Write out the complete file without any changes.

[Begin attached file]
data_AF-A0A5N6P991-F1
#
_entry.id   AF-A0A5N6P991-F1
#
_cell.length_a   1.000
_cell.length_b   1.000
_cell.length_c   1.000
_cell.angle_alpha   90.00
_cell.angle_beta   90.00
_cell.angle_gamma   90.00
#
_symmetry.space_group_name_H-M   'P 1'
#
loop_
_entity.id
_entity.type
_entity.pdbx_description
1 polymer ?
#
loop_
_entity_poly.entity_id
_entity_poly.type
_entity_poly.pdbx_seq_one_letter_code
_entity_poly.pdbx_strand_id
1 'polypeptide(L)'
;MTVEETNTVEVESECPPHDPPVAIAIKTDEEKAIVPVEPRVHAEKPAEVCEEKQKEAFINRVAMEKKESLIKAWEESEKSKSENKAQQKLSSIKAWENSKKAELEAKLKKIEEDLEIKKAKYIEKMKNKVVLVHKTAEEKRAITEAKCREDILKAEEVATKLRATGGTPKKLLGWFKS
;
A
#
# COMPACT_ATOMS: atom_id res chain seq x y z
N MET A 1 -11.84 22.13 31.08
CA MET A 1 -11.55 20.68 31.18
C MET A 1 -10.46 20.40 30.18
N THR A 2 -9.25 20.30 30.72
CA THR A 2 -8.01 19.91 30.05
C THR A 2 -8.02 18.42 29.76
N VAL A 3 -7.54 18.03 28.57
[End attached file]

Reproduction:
data_AF-A0A5N6P991-F1
#
_entry.id   AF-A0A5N6P991-F1
#
_cell.length_a   1.000
_cell.length_b   1.000
_cell.length_c   1.000
_cell.angle_alpha   90.00
_cell.angle_beta   90.00
_cell.angle_gamma   90.00
#
_symmetry.space_group_name_H-M   'P 1'
#
loop_
_entity.id
_entity.type
_entity.pdbx_description
1 polymer ?
#
loop_
_entity_poly.entity_id
_entity_poly.type
_entity_poly.pdbx_seq_one_letter_code
_entity_poly.pdbx_strand_id
1 'polypeptide(L)'
;MTVEETNTVEVESECPPHDPPVAIAIKTDEEKAIVPVEPRVHAEKPAEVCEEKQKEAFINRVAMEKKESLIKAWEESEKSKSENKAQQKLSSIKAWENSKKAELEAKLKKIEEDLEIKKAKYIEKMKNKVVLVHKTAEEKRAITEAKCREDILKAEEVATKLRATGGTPKKLLGWFKS
;
A
#
# COMPACT_ATOMS: atom_id res chain seq x y z
N MET A 1 -11.84 22.13 31.08
CA MET A 1 -11.55 20.68 31.18
C MET A 1 -10.46 20.40 30.18
N THR A 2 -9.25 20.30 30.72
CA THR A 2 -8.01 19.91 30.05
C THR A 2 -8.02 18.42 29.76
N VAL A 3 -7.54 18.03 28.57